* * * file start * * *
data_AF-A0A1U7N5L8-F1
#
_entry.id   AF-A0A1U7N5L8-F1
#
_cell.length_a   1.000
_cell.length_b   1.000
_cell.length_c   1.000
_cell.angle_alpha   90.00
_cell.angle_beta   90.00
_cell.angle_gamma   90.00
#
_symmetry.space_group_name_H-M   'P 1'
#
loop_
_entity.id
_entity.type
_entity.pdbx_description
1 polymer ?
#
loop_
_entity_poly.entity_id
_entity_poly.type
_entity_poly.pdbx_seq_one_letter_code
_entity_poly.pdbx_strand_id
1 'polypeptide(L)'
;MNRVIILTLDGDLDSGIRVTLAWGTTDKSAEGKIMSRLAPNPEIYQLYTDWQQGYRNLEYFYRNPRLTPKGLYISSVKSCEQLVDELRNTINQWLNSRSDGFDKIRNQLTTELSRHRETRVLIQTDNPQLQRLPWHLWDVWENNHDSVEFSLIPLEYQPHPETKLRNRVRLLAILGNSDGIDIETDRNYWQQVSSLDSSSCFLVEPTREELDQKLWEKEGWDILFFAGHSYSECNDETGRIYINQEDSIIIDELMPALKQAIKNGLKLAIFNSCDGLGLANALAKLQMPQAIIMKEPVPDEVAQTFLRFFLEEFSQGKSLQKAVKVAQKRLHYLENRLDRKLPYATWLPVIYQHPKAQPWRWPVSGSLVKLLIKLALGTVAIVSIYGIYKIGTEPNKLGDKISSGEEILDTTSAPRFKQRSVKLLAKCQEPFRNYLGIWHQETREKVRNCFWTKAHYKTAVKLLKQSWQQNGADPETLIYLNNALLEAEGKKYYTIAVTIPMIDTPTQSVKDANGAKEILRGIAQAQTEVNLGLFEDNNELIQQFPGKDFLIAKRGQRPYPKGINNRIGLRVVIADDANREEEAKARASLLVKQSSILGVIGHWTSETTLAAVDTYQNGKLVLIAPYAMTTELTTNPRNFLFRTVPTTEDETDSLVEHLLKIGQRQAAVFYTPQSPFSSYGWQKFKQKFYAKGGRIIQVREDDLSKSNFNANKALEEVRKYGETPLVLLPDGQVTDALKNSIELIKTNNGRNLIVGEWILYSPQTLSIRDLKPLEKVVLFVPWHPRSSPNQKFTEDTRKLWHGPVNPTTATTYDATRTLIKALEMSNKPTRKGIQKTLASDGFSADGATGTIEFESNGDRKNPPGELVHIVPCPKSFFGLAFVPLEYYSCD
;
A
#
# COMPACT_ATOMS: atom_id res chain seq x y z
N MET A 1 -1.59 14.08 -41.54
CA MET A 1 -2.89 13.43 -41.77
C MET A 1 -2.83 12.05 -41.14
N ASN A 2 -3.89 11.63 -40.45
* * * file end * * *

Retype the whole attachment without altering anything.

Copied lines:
data_AF-A0A1U7N5L8-F1
#
_entry.id   AF-A0A1U7N5L8-F1
#
_cell.length_a   1.000
_cell.length_b   1.000
_cell.length_c   1.000
_cell.angle_alpha   90.00
_cell.angle_beta   90.00
_cell.angle_gamma   90.00
#
_symmetry.space_group_name_H-M   'P 1'
#
loop_
_entity.id
_entity.type
_entity.pdbx_description
1 polymer ?
#
loop_
_entity_poly.entity_id
_entity_poly.type
_entity_poly.pdbx_seq_one_letter_code
_entity_poly.pdbx_strand_id
1 'polypeptide(L)'
;MNRVIILTLDGDLDSGIRVTLAWGTTDKSAEGKIMSRLAPNPEIYQLYTDWQQGYRNLEYFYRNPRLTPKGLYISSVKSCEQLVDELRNTINQWLNSRSDGFDKIRNQLTTELSRHRETRVLIQTDNPQLQRLPWHLWDVWENNHDSVEFSLIPLEYQPHPETKLRNRVRLLAILGNSDGIDIETDRNYWQQVSSLDSSSCFLVEPTREELDQKLWEKEGWDILFFAGHSYSECNDETGRIYINQEDSIIIDELMPALKQAIKNGLKLAIFNSCDGLGLANALAKLQMPQAIIMKEPVPDEVAQTFLRFFLEEFSQGKSLQKAVKVAQKRLHYLENRLDRKLPYATWLPVIYQHPKAQPWRWPVSGSLVKLLIKLALGTVAIVSIYGIYKIGTEPNKLGDKISSGEEILDTTSAPRFKQRSVKLLAKCQEPFRNYLGIWHQETREKVRNCFWTKAHYKTAVKLLKQSWQQNGADPETLIYLNNALLEAEGKKYYTIAVTIPMIDTPTQSVKDANGAKEILRGIAQAQTEVNLGLFEDNNELIQQFPGKDFLIAKRGQRPYPKGINNRIGLRVVIADDANREEEAKARASLLVKQSSILGVIGHWTSETTLAAVDTYQNGKLVLIAPYAMTTELTTNPRNFLFRTVPTTEDETDSLVEHLLKIGQRQAAVFYTPQSPFSSYGWQKFKQKFYAKGGRIIQVREDDLSKSNFNANKALEEVRKYGETPLVLLPDGQVTDALKNSIELIKTNNGRNLIVGEWILYSPQTLSIRDLKPLEKVVLFVPWHPRSSPNQKFTEDTRKLWHGPVNPTTATTYDATRTLIKALEMSNKPTRKGIQKTLASDGFSADGATGTIEFESNGDRKNPPGELVHIVPCPKSFFGLAFVPLEYYSCD
;
A
#
# COMPACT_ATOMS: atom_id res chain seq x y z
N MET A 1 -1.59 14.08 -41.54
CA MET A 1 -2.89 13.43 -41.77
C MET A 1 -2.83 12.05 -41.14
N ASN A 2 -3.89 11.63 -40.45